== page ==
Messianic Judaism
   Messianic Judaism is a Protestant movement that emerged in the last half of the 20th century among believers who were ethnically Jewish but had adopted an Evangelical Christian faith. Protestants had pursued efforts to evangelize Jewish people since the 19th century, but the Jewish missions always assumed that converts would be integrated into the larger world of Gentile believers, and would abandon Jewish culture and language. Jewish evangelists, however, continued to use many Hebrew words and names, for example calling Jesus Yeshua and the Hebrew scripture Tenach. They would also refuse to pronounce the name of the deity and instead referred to G-d or Y - h.
   By the mid-20th century, many ethnic Jewish believers had begun to think about culture as a separate category from faith. By the 1960s, a new effort to create a culturally Jewish Protestant Christianity emerged among individuals who began to call themselves Messianic Jews. such individuals considered themselves to be fully Jewish (though Jewish communities tended to disown any Jew who converted to Christianity). They continued to maintain a Jewish lifestyle, by celebrating traditional Jewish holidays such as Passover and observing those customs that did not contradict the New Testament.
   In 1975, the new movement captured control of the Hebrew Christian Alliance, one of the older organizations dedicated to evangelism among the Jewish population of America. The movement was influenced by Jews for Jesus, which is also interested in the Jewish cultural heritage, but unlike that organization, Messianic Jews form their own congregations, which they term synagogues. This development has most angered traditional Jewish leaders, who suggest that Messianic Jews deceive potential converts by implying that their synagogues still practice Judaism.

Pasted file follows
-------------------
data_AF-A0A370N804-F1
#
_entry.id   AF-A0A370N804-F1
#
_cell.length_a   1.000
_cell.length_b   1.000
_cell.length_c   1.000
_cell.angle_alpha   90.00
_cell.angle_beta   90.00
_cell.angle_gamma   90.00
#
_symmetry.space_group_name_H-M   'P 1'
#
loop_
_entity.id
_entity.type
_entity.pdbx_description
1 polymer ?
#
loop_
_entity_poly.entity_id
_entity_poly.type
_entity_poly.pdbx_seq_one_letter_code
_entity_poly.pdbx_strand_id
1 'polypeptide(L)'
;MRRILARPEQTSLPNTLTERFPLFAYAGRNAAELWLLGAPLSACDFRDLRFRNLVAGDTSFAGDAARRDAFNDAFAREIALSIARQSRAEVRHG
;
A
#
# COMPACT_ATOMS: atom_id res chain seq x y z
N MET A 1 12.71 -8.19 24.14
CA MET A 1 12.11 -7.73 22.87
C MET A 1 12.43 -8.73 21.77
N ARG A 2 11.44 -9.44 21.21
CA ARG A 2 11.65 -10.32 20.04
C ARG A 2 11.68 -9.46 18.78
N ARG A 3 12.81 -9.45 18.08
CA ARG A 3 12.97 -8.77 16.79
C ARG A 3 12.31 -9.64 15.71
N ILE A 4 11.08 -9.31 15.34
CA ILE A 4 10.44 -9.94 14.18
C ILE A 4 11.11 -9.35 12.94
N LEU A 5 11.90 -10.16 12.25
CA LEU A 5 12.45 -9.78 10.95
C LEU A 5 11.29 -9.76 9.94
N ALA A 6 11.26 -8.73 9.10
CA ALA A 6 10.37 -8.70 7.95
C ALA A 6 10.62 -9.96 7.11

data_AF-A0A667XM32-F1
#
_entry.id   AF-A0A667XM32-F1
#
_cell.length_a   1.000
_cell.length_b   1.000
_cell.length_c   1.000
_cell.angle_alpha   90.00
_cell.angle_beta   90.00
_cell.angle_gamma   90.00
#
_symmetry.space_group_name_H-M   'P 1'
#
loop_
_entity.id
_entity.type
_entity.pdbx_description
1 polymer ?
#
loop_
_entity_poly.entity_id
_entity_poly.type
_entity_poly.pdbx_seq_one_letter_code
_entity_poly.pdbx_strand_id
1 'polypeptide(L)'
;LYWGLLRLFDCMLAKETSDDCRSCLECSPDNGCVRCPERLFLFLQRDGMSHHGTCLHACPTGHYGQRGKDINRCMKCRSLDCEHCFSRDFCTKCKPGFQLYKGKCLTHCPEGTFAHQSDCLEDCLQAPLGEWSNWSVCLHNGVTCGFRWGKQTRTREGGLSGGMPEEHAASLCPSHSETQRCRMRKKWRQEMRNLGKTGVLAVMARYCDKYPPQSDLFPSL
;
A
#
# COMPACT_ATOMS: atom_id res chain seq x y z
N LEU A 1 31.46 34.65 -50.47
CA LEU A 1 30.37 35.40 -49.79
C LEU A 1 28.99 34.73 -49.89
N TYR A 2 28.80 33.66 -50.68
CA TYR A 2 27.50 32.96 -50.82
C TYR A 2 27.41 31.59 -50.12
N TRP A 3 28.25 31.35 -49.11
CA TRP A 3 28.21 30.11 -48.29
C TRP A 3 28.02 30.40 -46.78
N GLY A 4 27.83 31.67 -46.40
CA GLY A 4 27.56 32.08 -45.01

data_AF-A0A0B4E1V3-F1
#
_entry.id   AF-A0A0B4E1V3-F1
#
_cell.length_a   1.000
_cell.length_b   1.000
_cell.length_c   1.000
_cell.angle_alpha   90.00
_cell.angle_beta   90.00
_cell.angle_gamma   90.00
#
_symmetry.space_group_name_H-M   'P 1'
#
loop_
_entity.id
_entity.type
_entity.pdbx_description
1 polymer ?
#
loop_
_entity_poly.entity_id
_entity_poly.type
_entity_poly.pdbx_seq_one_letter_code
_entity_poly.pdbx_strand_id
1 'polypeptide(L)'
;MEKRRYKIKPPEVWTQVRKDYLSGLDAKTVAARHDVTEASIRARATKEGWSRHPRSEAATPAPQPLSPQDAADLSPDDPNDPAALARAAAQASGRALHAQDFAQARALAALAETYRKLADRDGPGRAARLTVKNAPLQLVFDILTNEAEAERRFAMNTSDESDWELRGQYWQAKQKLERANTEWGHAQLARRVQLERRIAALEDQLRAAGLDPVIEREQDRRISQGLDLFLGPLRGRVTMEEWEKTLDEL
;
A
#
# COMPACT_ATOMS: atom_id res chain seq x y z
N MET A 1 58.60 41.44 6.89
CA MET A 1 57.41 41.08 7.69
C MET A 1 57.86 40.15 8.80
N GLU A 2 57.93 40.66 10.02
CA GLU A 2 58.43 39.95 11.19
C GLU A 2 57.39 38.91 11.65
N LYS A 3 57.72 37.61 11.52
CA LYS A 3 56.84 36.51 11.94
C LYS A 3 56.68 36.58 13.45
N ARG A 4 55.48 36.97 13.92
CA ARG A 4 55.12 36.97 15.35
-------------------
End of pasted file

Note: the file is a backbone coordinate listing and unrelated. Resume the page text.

Messianic Jews have adopted an Evangelical Christian perspective (some from the Reformed tradition and some from the Pentecostal). They emphasize EsCHATOLOGY, especially the role of the Jewish people in the end-time scenario. In the 1970s and 1980s, many of them joined in the speculation popularized by Baptist minister Hal Lindsey that the formation of the state of Israel in 1948 was the beginning of the last generation before Christ's return in 1988.
   The Messianic movement has been strongest in the United States and Canada, but has been exported to other countries with a significant Jewish presence, such as England, France, and Argentina. Believers have had a number of confrontations with Israeli authorities as individuals have unsuccessfully tried to become Israeli citizens under Israel's Law of Return.
   Messianic Jews have formed a set of congregational associations representing their various Jewish backgrounds (Orthodox, Reform) and Christian perspectives (Pentecostal, non-Pentecostal). The largest group is the Union of Messianic Jewish Congregations. Non-Pentecostal congregations have affiliated with the Fellowship of Messianic Jewish Congregations.
   Further reading:
   ■ Arnold G. Fruchtenbaum, Hebrew Christianity: Its Theology, History, and Philosophy (Washington, D.C.: Canon, 1974)
   ■ Philip E. Goble, Everything You Need to Know to Grow a Messianic Yeshiva (South Pasadena, Calif.: William Carey Library, 1974)
   ■ Carol Harris-Shapiro, Messianic Judaism: A Rabbi's Journey through Religious Change in America (Boston: Beacon Press, 1999)
   ■ Paul Liberman, The Fig Tree Blossoms: Messianic Judaism Emerges (Harrison, Ark.: Fountain, 1976)
   ■ David Rausch, Messianic Judaism: Its History, Theology and Polity (Lewiston, N.Y.: Edward Mellen Press, 1982).

Encyclopedia of Protestantism. . 2005.

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